30. I’m a bit puzzled by the number of people who think we are headed for a hung parliament, too.

    The evidence is clear. Lab majority. The only question is, “how big?”

    I think the theory in play here is that:

    a) Government VI increases from the mid term dip. There is evidence that this occurs, but in modern times the Governments vote share has declined at every subsequent election. If this happens in 2015, the ceiling for the Conservatives will not exceed 36%

    b) The electorate perceive an economic recovery and credit the Government with being responsible for it. Here, polling evidence seems to point to the fact that this isn’t entirely clear yet.

    c) The electorate nearer to the next election will look at Labour’s plans and not find them credible economically. I think that Labour haven’t convinced the broad electorate yet, but we will have to wait until more plans are announced before we know how this pans out.

    In my own mind I weigh the odds up as follows:

    Labour Majority – 20%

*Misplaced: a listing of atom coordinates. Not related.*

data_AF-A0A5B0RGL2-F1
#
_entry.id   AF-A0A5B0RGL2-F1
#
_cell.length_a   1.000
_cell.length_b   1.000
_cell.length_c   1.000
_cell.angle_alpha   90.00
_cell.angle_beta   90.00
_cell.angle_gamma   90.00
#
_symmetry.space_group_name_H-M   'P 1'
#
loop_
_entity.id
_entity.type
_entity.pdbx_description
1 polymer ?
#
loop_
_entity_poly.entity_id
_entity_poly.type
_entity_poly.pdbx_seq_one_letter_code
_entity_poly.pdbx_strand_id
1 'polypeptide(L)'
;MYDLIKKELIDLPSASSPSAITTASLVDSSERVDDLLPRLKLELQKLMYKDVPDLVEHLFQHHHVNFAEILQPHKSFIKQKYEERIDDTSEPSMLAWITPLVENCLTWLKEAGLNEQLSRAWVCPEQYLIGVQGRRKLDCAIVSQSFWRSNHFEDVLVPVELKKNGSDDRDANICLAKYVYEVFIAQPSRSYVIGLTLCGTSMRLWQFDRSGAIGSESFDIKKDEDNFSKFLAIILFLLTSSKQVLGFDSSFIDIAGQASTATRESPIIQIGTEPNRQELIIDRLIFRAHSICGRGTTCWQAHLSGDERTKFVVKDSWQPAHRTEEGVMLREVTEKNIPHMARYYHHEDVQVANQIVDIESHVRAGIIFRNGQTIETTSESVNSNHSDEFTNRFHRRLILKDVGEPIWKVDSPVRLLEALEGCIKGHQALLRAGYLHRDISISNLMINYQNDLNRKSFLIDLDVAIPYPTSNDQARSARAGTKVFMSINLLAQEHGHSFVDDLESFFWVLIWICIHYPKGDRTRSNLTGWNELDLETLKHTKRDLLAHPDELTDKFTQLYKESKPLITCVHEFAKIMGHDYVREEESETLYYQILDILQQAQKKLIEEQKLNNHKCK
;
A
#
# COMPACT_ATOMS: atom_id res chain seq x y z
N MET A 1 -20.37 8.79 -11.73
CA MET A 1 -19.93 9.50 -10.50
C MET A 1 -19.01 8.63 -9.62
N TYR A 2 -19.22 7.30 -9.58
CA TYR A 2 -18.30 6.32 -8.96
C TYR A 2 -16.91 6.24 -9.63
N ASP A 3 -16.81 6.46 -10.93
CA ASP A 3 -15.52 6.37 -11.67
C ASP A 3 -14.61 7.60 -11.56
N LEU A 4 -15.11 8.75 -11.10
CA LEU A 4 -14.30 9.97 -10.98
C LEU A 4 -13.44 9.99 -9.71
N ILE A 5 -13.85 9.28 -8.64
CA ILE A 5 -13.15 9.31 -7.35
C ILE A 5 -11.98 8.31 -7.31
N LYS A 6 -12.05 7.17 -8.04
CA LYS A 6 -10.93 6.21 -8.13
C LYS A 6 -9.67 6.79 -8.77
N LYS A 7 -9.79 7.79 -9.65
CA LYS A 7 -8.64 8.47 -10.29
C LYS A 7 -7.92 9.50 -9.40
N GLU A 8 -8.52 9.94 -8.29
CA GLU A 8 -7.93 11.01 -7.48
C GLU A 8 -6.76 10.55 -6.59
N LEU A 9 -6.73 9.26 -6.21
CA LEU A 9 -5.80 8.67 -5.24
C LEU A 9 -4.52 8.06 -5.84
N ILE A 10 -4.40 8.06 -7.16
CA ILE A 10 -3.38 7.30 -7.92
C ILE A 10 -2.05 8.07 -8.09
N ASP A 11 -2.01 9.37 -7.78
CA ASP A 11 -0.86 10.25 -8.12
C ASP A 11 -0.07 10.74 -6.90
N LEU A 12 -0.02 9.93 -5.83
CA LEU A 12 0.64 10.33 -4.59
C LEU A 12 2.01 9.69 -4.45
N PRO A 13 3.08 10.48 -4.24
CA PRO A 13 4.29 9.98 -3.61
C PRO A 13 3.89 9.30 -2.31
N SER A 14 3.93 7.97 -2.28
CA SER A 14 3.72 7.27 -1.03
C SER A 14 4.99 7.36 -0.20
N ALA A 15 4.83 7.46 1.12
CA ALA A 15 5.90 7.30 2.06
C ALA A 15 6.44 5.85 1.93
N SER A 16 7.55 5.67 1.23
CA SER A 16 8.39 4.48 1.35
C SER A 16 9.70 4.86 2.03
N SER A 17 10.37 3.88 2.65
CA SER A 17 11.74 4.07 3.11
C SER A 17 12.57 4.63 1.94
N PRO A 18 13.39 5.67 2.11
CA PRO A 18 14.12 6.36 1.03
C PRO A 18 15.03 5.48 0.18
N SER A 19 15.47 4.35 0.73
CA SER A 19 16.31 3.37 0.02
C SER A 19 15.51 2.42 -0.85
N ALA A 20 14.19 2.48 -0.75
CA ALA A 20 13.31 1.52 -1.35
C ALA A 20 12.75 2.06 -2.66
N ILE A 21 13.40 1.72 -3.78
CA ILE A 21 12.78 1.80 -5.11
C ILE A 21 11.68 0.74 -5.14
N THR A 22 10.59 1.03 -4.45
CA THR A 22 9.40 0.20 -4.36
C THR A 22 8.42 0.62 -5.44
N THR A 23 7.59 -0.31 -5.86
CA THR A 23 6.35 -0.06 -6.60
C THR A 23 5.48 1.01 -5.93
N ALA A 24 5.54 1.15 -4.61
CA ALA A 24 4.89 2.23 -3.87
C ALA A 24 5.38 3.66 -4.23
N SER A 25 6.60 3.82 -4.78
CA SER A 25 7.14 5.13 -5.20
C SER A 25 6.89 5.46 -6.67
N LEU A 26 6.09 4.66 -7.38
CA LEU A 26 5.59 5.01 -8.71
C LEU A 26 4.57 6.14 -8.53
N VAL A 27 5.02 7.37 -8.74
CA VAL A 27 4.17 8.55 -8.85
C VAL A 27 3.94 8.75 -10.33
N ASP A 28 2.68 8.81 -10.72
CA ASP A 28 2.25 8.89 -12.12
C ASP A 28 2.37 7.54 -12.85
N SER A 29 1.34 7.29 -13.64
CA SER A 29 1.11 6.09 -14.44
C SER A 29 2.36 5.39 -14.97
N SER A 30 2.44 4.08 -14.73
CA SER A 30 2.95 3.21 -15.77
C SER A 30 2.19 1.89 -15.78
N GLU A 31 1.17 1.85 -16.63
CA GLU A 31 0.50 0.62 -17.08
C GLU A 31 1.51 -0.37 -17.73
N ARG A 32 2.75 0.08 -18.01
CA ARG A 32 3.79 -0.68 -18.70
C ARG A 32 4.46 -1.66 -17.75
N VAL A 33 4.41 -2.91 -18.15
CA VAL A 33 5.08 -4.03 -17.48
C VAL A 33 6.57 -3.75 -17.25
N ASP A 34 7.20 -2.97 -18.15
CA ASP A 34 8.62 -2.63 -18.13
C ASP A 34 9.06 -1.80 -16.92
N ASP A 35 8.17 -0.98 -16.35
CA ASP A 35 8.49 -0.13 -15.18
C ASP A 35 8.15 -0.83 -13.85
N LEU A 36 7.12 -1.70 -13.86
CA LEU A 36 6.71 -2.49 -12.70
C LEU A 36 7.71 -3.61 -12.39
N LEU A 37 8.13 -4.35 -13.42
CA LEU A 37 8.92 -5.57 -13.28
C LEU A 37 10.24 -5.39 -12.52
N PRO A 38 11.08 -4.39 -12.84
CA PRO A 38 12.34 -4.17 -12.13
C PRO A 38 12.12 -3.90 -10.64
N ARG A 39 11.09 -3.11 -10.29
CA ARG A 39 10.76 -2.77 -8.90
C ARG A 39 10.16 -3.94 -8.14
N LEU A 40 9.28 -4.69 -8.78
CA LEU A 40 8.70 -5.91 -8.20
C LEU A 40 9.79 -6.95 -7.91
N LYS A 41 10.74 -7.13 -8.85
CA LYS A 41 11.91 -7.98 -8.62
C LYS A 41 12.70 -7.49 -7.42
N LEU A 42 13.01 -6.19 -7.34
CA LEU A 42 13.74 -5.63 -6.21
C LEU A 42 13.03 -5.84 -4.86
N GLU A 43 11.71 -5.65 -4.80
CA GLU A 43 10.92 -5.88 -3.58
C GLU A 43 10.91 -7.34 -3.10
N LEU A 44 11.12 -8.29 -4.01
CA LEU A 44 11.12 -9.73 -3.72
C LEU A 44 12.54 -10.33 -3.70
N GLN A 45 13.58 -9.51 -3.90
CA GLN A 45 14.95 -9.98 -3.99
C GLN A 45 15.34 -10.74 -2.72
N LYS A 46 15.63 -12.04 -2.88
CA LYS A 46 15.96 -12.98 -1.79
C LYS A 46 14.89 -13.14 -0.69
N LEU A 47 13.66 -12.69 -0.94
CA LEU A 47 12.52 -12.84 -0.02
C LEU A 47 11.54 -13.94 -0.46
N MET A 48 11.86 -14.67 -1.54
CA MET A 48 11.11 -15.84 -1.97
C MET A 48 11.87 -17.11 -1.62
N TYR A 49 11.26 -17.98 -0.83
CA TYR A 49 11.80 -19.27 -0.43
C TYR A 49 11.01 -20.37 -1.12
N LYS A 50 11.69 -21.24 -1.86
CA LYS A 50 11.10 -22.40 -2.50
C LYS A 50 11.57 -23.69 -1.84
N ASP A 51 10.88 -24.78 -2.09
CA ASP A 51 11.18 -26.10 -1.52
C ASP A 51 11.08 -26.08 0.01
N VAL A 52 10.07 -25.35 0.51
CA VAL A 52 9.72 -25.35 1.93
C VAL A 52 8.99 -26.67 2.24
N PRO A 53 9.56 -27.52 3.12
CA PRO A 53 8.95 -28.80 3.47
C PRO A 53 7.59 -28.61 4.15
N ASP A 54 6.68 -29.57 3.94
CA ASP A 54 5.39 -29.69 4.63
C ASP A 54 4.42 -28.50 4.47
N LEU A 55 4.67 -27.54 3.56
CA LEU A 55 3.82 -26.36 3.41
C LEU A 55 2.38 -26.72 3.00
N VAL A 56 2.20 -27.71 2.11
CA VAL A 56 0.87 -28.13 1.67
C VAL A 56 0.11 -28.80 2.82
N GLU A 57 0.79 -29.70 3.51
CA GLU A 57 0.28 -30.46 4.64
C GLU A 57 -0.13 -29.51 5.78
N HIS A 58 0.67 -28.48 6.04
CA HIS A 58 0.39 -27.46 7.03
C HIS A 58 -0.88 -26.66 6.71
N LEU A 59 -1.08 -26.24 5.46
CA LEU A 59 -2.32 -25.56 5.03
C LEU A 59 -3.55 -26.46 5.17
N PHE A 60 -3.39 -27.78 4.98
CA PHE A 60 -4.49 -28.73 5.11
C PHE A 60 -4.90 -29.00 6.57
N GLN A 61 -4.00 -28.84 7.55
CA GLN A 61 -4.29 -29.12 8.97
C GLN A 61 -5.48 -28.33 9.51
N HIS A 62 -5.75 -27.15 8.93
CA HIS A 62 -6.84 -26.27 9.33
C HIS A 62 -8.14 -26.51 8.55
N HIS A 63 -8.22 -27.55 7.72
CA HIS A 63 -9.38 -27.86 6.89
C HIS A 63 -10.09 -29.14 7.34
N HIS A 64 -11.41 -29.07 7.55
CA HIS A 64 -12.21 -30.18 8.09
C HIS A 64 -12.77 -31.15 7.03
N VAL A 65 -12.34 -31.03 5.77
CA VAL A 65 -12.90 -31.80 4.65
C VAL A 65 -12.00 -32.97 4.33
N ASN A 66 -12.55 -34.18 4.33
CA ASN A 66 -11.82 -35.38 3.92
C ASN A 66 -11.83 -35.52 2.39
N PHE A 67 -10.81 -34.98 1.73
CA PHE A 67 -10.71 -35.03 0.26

Labour Largest Party – 50%
    Conservative Largest Party – 20%
    Conservative Majority – 10%

  31. @guymonde. I think there is still tactical voting to keep the other conservative out…..but Labour Lib Dem marginals? Well, let’s just say we didn’t actually want to vote for a Tory but ended up with one….

  32. David,

    “How on earth Bill Patrick can say we are going back to the 60?s in terms of two party dominance I struggle to see. Back then the two parties commanded about 90% of the vote now it’s down to 70ish% and shows no sign of reviving, in fact the opposite. If UKIP get anywhere near the middle teens then the effect on the UK’s political scene will be explosive, have no doubt about it.”